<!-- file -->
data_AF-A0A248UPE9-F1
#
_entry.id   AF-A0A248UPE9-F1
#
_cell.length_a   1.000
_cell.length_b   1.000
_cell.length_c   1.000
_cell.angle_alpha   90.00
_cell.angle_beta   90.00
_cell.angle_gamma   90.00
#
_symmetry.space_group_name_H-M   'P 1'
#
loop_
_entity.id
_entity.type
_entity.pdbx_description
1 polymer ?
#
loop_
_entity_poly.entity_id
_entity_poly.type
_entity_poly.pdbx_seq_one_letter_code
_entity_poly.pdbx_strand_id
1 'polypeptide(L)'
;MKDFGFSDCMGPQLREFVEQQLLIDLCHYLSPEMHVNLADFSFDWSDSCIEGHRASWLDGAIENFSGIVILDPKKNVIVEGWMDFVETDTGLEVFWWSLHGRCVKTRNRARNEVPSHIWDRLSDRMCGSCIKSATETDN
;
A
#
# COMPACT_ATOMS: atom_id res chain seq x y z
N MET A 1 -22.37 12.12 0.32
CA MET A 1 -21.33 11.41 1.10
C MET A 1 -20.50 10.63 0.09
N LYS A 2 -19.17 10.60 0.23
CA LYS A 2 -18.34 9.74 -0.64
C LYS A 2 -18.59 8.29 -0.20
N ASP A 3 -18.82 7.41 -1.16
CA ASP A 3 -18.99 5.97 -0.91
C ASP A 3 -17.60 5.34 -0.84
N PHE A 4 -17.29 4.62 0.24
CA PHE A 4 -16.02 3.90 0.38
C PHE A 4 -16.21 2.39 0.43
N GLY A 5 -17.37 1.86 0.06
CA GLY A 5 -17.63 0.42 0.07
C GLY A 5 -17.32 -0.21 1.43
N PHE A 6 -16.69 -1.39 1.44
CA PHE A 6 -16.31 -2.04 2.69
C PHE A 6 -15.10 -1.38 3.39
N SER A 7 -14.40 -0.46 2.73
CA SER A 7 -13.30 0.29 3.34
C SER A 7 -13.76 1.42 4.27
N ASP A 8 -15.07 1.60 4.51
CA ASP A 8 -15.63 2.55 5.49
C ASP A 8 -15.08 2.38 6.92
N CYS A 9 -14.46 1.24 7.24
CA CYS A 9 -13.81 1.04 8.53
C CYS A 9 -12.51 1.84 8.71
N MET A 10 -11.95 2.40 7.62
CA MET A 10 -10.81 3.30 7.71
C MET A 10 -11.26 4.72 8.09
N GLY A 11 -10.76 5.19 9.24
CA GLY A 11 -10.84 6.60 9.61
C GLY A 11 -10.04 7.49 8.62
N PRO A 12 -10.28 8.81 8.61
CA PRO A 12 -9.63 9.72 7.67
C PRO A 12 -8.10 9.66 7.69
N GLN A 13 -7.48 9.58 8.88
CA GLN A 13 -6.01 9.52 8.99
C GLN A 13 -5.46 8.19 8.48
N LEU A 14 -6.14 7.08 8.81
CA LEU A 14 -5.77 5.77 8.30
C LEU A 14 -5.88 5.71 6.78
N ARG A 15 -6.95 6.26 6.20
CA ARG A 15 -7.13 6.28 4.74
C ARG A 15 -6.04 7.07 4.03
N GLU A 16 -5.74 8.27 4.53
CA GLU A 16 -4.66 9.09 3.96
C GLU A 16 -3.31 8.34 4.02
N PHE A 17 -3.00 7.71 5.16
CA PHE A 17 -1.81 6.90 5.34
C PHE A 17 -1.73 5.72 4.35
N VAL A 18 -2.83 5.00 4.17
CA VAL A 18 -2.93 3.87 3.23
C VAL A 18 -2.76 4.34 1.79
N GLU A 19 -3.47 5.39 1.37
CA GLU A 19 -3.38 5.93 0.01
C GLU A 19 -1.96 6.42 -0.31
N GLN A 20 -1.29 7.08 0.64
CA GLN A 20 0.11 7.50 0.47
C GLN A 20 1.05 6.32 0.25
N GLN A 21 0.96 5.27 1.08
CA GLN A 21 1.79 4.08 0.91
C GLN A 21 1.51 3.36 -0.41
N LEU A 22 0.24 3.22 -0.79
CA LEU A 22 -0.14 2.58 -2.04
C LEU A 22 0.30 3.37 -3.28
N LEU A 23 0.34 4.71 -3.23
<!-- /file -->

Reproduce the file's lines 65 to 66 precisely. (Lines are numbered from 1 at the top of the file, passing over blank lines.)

CA PRO A 12 -9.63 9.72 7.67
C PRO A 12 -8.10 9.66 7.69